I talked yesterday with a newbie writer who'd contacted me for advice. She's been in query letter hell for the last year and was looking for a fresh perspective. I agreed to read her query letter and first chapter.
There was good news and bad news.
The good news is that she is a very competent writer. Her use of language and imagery were terrific. The chapter I read was clean and polished: she got right into the story without any backstory to slow down the action, and there were no grammatical errors. Her query letter was short and business-like with a brief synopsis.
She'd written a fantasy novel about a small group of vampires who protected the world from evil members of their kind who preyed on humans. Her hero was a brooding loner tired of his long life who unexpectedly found love with a spunky young woman he'd saved from an attack.
During our phone call, I told her all the good things I'd seen about the letter and her chapter. She wailed, "Then why aren't any agents interested in me? I researched carefully and only sent letters to agents who represent novels like mine."
I'd already asked whether she's getting form letters or personal responses from the agents she'd queried. Well over half the letters she is receiving are personal letters or form letters with personal notes added to them.
I said, "Let me take a stab at what they're saying. Things like, 'You write well, but this just didn't grab me.' Or 'This isn't what I'm looking for at this time'."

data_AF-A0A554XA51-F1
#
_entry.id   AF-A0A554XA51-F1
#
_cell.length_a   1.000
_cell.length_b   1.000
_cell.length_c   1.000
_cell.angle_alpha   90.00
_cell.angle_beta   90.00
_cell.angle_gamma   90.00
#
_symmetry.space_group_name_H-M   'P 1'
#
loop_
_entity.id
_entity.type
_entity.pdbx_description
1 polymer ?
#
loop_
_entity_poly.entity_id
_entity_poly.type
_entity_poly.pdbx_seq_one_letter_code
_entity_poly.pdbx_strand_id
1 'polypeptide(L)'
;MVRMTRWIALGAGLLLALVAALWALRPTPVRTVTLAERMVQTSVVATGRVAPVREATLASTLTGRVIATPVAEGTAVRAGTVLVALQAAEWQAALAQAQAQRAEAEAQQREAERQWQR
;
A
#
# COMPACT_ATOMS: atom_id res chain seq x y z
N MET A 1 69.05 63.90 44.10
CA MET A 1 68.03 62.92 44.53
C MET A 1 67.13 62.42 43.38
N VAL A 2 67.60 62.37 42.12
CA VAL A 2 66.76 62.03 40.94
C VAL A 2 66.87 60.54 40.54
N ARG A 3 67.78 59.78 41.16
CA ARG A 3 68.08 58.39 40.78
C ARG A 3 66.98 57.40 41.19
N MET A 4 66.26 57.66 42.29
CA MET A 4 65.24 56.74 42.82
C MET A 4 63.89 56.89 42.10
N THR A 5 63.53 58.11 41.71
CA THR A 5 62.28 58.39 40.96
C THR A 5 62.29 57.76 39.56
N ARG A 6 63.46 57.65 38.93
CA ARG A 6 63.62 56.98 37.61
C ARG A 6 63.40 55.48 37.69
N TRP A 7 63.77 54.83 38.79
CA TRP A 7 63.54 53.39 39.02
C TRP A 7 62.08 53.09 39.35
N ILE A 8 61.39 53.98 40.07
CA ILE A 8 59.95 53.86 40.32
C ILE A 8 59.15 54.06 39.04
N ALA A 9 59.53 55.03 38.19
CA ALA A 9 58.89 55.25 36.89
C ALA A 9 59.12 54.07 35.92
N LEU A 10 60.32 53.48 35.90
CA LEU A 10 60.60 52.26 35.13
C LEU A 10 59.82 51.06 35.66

She practically jumped through the phone at me. "That's it. Exactly!"
I gave her the bad news. Her novel premise was derivative. Every agent she'd queried had seen it all before ... done by writers they already represented. There was nothing new or exciting about her manuscript.
She asked, "Isn't there anyone who'd be interested in my story?"
I said, "Sure, you could probably sell it to an online publisher. Releasing it as an e-book doesn't represent a huge risk to them so it would be easier to find a publisher that way. However, agents only eat when they can make a kill. A story everyone has seen before--and which their own clients have already written--won't excite them very much."
We continued to talk. She loves to read paranormal and wants to write what she reads. I began probing. Her interest in para-
normals started with her African-American grandmother who used to tell her voodoo stories.
I said, "Why not write a different kind of paranormal? Think about writing a voodoo story."
"I wouldn't know how to begin."
"How did you begin the novel you sent me?" I asked.
"That was easy. I knew how to write about vampires."
She couldn't see my grin over the phone. "Yeah, because you were following the template dozens of other writers established long before you arrived. Create your own template. Make readers want to know what happens next because you aren't writing a formulaic story."
My new friend faces the classic writer's dilemma. You know what's popular and what's selling today. You want to jump on the bandwagon. But you have to earn your own place in that parade. You can't just grab onto another writer's coattails.
Write what you love. Just make certain it's YOUR story you're telling.